releasing the past
resolutely moving on
without looking back

(click images for larger view in new tab)

Speak Up! ~ haibun

Speak Up!

What’s that you say? Your lips keep flappin’, but nothing’s coming out. You’ll have to speak up if you want me to hear you. I didn’t come all this way to talk to myself! And don’t tell me to not to get all excited! I don’t know what all the buzz is about, and I sure don’t know if any of what you say rings true. In fact, I couldn’t say, one way or another, if you’re saying anything at all!

listening to tones
difficulty discerning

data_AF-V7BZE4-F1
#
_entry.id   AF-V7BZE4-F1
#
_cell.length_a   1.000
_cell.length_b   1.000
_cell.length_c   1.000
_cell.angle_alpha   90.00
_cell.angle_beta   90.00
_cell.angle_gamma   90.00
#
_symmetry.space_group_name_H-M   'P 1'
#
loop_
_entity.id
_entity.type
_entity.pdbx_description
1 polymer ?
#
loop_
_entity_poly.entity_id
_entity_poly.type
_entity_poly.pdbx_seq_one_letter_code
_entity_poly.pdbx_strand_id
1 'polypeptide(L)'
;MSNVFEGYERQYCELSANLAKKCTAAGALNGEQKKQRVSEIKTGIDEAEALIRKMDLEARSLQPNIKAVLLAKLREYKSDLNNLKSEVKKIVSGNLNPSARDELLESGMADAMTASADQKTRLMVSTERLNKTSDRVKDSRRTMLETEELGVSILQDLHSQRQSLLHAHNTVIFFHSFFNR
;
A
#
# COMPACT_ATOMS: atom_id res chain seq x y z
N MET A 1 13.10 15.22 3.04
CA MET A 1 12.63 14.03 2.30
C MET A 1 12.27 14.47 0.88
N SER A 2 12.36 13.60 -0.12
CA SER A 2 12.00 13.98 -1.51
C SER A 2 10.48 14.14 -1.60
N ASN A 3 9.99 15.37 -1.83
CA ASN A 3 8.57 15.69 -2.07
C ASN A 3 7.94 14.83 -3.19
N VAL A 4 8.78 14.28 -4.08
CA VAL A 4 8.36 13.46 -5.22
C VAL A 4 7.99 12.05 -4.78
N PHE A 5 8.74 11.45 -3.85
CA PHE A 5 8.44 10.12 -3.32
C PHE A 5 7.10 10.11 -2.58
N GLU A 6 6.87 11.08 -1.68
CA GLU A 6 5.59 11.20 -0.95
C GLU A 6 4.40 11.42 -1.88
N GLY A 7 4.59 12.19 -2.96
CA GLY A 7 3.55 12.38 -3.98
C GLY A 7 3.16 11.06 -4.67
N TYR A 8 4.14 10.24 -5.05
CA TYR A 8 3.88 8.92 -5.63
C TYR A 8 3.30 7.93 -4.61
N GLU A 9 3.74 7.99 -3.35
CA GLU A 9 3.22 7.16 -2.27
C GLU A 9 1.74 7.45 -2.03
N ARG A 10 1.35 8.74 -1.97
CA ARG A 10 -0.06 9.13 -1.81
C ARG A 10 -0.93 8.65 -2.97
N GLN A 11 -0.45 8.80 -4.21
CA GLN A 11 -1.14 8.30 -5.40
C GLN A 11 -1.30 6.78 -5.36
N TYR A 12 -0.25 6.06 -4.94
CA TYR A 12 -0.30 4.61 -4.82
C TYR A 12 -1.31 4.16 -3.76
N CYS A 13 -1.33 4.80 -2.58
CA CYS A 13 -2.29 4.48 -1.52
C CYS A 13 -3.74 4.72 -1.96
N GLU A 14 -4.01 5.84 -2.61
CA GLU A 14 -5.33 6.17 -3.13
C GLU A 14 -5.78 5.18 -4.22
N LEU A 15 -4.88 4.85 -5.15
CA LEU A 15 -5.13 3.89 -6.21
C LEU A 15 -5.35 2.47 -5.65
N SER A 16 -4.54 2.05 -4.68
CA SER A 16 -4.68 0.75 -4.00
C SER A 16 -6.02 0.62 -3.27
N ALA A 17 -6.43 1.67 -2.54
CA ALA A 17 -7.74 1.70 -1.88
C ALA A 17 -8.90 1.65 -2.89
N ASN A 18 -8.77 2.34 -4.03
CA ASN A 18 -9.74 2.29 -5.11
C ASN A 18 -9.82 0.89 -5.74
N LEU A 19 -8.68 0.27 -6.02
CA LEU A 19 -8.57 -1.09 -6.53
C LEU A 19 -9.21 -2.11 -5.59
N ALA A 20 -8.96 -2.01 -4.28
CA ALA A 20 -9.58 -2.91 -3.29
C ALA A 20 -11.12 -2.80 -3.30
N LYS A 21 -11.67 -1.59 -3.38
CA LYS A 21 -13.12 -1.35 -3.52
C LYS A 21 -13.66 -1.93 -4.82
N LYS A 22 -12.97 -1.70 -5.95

failing hearing test
ringing ears a detriment
higher pitches go unheard

The tanka I wrote earlier today is now a haibun, hopefully to meet the prompt for NaPoWriMo.net Day 15, which is to write a poem with a dramatic dialogue, with a specific voice or character.

Image source: Wikimedia Commons (cropped here)

Owl Be Back ~ haibun

Owl Be Back

While kayaking last May, I saw a bird and chicks in a nest high above the river, thinking it was a great horned owl I had seen there previously. It wasn’t. It was a red-tailed hawk. Well, I paddled that same same stretch of the river yesterday, and the great horned owl is back.
(click images to see larger view in new tab)

And there is a chick in the nest with it.

After a short while, the adult flew off, presumably to draw my attention away from the nest. It didn’t work.

high above river
great  nest no longer empty
owl raising new young

Ken G.

If Walls Could Talk ~ haibun

If Walls Could Talk